Department of State Announces New Restrictive Criteria for National Interest Exceptions for Travelers from the Schengen Area, the United Kingdom, and the Republic of Ireland
In February 2020, as a result of the COVID-19 global pandemic, former President Trump signed a Presidential Proclamation that instituted travel restrictions on foreign nationals traveling to the U.S. from certain countries, unless those foreign nationals could establish that they met one of the enumerated exceptions. The list of exceptions included a National Interest Exception (NIE) whereby foreign nationals could enter the U.S. if they could establish that their entry would be in the national interest of the U.S., using broad criteria issued by the Department of State.
However, on March 2, 2021, the U.S. Department of State rescinded the previous NIE criteria and announced more restrictive requirements for the exceptions to entry. Recall that President Biden signed a Presidential Proclamation on January 25, 2021 that reinstated the travel restrictions for noncitizens of the U.S. who have been physically present in the Schengen Area (including 26 European countries), the United Kingdom, the Republic of Ireland, the Federative Republic of Brazil, and the Republic of South Africa, within the 14-day period preceding their entry or attempted entry into the U.S., unless the traveler qualified for one of the listed exceptions, including an NIE. The categories of travel that are considered in the “national interest” for purposes of seeking an exception to Biden’s March 2, 2021 Proclamation have been narrowed significantly in scope.
Specifically, with respect to travelers from the Schengen Area, the United Kingdom, or the Republic of Ireland, this announcement now prohibits the issuance of NIEs for certain technical experts and specialists, senior-level managers and executives, treaty-traders and investors (E-1 and E-2 visas), professional athletes, and their dependents, all of whom were previously eligible for consideration for an NIE. The Department of State confirmed that previously issued visas or NIEs will not be revoked due to the new policy.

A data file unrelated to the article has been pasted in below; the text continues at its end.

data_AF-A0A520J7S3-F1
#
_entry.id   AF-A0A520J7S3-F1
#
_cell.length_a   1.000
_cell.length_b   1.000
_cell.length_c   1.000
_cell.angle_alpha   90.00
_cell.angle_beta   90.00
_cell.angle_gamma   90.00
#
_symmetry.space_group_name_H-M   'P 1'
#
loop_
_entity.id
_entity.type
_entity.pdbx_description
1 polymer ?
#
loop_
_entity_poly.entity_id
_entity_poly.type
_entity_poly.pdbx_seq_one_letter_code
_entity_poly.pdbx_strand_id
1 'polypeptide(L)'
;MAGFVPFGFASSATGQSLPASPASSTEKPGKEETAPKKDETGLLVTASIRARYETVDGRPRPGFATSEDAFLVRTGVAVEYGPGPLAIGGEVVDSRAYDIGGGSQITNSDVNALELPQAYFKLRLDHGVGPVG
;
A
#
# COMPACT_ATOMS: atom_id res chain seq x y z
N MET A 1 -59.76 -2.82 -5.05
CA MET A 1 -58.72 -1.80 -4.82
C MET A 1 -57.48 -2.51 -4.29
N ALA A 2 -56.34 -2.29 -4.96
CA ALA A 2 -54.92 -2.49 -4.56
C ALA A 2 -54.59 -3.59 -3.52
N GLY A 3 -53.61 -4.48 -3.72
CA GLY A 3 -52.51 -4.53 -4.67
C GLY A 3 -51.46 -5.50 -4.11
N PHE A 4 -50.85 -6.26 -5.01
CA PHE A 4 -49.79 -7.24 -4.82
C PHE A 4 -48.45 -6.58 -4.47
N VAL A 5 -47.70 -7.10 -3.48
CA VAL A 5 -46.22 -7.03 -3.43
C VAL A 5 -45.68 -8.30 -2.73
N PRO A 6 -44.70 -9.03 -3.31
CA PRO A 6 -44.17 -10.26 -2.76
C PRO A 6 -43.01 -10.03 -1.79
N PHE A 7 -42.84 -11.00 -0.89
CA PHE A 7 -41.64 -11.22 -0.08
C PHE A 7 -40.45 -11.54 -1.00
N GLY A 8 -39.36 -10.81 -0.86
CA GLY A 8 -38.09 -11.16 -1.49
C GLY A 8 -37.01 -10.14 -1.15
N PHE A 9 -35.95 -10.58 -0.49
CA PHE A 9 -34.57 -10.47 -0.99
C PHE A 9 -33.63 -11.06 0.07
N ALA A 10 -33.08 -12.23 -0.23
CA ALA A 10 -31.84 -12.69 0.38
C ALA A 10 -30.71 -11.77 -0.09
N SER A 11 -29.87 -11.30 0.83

In addition, the Department of State added a new national interest determination covering certain travelers seeking to provide vital support for critical infrastructure as defined by the Department of Homeland Security’s Cybersecurity and Infrastructure Security Agency. Relevant guidance suggests that “vital support” pertains to the installation, acquisition, maintenance, and essential safety training necessary to sustain the supply and production chains in the referenced sectors, as well as other functions performed by specialists or other individuals that are essential to continuity within a given sector.
Relevant guidance also suggests that travel that would directly support the creation or retention of U.S. jobs may qualify for an NIE. The applicant will be required to demonstrate that the proposed activity must physically take place in the U.S. and cannot be postponed or conducted remotely. This exception is expected to be granted only rarely and is designed for substantial job creation or retention efforts.
The Department of State also confirmed that students traveling from the Schengen Area, the United Kingdom, or the Republic of Ireland with valid F-1 and M-1 visas do not need to seek an individual NIE to travel to the U.S. Students who apply for a new F-1 or M-1 visa and are found to be otherwise qualified for an F-1 or M-1 visa will automatically be considered for an NIE.
The Department of State also continues to grant NIEs for qualified travelers seeking to enter the U.S. for purposes related to humanitarian travel, public health response, and national security. We previously provided an alert regarding the groups exempt from these travel restrictions here.
It should be noted that embassies and consulates are beginning to cancel previously scheduled nonimmigrant visa interview appointments as a result of this announcement. Williams Mullen is closely monitoring the situation and will provide updates as further information becomes available.
Employers should be prepared for the current disruption in immigration services to continue while the COVID-19 pandemic remains fluid. As a result, employers should consult immigration counsel to ensure that any extensions or changes of status for their foreign national employees are processed timely and can account for any unexpected delays. Furthermore, foreign nationals should communicate with their employers if they have any travel plans in the coming months. The current travel restrictions could result in foreign nationals being denied admission back into the U.S. should they depart.